It's fairly common for people to allow children to play with (mostly) empty soda cans, though it's certainly not entirely safe - if the tab is too loose it could be swallowed, and there are sharp edges.
The issue here is that not only is the soda can fun to manipulate, it's also interesting because Mommy or Daddy find it interesting (obviously, since they have it in their hands a lot!). So simply replacing the sound/color/etc. isn't going to cut it - you have to get them to be okay with a replacement that distracts them from that.
I would usually try, when possible, to replace first with an equivalent item - in this case, a drinking cup of their own. If you use sippy cups, that would be the thing to use; we didn't, and so we'd give them small metal cups with small amounts of water in them in cases like this. This helps the toddler learn what role the can plays, and what the child-appropriate version of it is.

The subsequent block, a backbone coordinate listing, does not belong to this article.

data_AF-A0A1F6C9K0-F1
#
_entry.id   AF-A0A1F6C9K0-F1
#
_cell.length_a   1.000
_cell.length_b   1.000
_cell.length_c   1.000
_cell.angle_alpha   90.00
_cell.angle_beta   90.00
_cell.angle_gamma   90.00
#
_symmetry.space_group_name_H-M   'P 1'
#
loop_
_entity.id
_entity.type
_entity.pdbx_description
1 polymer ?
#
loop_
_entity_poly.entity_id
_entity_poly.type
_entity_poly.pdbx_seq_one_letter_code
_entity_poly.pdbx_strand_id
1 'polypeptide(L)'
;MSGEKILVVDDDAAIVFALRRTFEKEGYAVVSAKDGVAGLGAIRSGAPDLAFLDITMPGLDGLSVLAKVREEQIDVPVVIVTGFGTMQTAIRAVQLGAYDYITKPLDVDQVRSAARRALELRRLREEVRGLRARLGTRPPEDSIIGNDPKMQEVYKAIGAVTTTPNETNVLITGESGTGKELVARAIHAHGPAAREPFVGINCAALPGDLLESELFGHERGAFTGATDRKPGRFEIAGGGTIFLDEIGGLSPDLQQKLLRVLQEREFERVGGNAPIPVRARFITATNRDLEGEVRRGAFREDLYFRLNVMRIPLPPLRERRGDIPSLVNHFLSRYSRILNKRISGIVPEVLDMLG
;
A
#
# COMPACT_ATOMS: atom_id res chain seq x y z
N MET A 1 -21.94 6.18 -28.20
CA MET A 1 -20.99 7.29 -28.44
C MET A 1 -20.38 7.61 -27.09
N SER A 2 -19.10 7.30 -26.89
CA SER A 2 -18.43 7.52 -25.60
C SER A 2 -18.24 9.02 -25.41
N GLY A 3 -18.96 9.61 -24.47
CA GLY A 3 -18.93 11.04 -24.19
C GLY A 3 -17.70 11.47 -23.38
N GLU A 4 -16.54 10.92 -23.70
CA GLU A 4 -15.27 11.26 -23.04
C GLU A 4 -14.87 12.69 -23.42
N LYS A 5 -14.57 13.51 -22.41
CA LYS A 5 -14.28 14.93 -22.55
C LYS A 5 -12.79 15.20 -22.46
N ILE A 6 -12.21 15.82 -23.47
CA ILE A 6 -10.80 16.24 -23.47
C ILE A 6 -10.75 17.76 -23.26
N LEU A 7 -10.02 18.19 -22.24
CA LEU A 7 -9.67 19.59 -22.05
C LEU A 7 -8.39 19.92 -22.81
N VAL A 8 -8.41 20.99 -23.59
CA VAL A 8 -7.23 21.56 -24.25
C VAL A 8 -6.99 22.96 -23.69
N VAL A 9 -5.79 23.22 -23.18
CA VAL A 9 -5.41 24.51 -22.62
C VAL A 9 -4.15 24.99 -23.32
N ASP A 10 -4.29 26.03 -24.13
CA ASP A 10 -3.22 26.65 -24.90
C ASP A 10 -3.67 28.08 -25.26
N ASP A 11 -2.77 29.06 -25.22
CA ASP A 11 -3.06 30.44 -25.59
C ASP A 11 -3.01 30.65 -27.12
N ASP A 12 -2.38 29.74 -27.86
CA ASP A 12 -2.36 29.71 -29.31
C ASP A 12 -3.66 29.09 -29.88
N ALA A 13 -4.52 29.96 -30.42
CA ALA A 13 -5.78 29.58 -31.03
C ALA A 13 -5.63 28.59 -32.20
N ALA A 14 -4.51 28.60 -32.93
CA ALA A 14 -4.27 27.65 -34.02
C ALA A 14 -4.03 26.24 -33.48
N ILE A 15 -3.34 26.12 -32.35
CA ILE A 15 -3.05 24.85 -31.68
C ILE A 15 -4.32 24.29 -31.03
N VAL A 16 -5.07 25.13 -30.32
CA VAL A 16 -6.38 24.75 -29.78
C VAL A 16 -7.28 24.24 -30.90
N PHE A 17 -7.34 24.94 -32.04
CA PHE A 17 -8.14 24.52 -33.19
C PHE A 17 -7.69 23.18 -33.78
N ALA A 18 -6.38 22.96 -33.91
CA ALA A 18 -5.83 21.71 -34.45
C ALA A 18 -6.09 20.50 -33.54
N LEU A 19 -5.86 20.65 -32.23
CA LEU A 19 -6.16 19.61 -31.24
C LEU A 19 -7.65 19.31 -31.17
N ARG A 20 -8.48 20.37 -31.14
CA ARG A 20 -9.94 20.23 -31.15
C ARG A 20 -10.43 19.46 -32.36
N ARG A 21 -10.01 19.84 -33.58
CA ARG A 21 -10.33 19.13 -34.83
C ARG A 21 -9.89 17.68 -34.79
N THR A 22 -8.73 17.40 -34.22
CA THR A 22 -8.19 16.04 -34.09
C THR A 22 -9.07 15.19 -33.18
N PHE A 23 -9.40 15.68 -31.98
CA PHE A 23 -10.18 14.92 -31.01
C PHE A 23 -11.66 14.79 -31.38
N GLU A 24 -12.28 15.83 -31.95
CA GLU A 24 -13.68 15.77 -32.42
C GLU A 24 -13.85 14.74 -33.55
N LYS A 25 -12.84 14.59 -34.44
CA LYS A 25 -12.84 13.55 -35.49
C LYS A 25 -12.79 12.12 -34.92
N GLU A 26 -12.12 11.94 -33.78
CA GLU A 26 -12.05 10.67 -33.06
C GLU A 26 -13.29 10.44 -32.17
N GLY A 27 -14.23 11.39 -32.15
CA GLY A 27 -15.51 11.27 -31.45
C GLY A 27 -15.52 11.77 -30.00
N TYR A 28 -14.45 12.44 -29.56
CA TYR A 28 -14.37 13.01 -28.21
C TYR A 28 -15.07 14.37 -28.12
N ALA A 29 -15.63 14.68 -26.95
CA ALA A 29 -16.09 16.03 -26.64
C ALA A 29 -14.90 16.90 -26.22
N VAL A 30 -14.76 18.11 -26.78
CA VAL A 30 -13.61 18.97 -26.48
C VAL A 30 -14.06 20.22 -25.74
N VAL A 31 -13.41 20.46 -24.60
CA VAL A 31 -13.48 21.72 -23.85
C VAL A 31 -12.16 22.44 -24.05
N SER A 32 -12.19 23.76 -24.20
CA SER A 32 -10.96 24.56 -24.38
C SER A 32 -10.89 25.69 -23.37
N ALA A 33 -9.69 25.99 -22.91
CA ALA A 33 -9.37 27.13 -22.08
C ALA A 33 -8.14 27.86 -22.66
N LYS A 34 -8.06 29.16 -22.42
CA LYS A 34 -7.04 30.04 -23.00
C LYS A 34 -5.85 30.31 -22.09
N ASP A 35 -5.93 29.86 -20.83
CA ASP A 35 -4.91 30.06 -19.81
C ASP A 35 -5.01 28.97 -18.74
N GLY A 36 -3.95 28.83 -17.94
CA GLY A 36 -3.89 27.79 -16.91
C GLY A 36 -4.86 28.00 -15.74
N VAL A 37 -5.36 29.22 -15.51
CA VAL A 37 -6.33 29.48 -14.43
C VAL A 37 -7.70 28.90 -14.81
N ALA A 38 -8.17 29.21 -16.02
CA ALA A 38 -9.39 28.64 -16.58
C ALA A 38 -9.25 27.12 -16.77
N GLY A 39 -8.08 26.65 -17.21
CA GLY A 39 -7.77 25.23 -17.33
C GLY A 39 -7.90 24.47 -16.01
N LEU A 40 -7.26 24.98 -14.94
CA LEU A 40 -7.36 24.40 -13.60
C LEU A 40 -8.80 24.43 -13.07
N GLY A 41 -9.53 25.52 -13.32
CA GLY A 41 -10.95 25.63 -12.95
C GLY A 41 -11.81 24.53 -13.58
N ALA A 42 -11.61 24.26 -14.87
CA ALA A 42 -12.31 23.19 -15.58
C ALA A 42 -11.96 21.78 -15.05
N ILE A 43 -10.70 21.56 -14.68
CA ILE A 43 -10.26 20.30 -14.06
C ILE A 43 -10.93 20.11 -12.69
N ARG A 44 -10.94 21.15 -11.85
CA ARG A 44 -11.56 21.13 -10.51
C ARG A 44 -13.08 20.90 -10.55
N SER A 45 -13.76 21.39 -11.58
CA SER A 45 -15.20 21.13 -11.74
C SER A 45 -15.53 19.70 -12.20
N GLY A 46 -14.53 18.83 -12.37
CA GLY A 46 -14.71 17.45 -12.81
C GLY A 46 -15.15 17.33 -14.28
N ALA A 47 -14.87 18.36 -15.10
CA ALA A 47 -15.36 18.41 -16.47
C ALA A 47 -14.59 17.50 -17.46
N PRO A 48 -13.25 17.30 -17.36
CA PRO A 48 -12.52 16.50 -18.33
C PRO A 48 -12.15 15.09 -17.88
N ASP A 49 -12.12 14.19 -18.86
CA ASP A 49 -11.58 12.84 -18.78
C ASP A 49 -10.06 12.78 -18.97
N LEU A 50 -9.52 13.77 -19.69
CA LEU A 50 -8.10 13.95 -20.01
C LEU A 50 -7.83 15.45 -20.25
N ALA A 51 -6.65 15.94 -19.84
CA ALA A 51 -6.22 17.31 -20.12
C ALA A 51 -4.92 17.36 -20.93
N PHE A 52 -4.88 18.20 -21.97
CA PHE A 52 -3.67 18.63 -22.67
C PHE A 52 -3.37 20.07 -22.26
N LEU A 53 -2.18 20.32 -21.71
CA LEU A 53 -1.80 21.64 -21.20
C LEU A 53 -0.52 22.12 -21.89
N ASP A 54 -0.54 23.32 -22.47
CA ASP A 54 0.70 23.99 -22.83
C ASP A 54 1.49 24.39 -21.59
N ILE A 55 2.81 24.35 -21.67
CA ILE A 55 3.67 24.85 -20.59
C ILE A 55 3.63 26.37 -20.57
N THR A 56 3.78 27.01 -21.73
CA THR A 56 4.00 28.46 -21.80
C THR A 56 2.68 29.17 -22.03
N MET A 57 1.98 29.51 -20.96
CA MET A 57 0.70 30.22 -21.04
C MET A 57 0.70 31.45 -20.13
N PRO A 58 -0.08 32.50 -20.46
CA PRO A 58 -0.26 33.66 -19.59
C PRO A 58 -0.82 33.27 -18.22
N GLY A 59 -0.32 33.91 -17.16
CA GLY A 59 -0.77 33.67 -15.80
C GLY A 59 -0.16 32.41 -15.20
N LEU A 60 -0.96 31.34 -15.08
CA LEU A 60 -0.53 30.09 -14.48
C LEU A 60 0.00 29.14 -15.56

We'd also let them examine the item - in our control. This helps satisfy the curiosity. Don't let go of the can, just show them what you do with it, and let them touch it in safe ways. This would go for many items the toddler might be interested in - wine glass, steak knife (obviously even more carefully), whatever the toddler can experience tactilely without danger, but cannot hold by themselves without too much danger.
I would not, however, give her a soda can of water or similar, unless that's going to be something you keep around constantly (perhaps if it's La Croix or similar?). She'll start expecting to get sips going forward, which won't always be available.
On a separate note, I would probably avoid kitchen foil (as it tends to risk being eaten), but baby-intended foil is a great toy at that age, and is easily available in a safe form factor. Toddlers love to crinkle it and see the reflections and hear the noise and feel the bumps!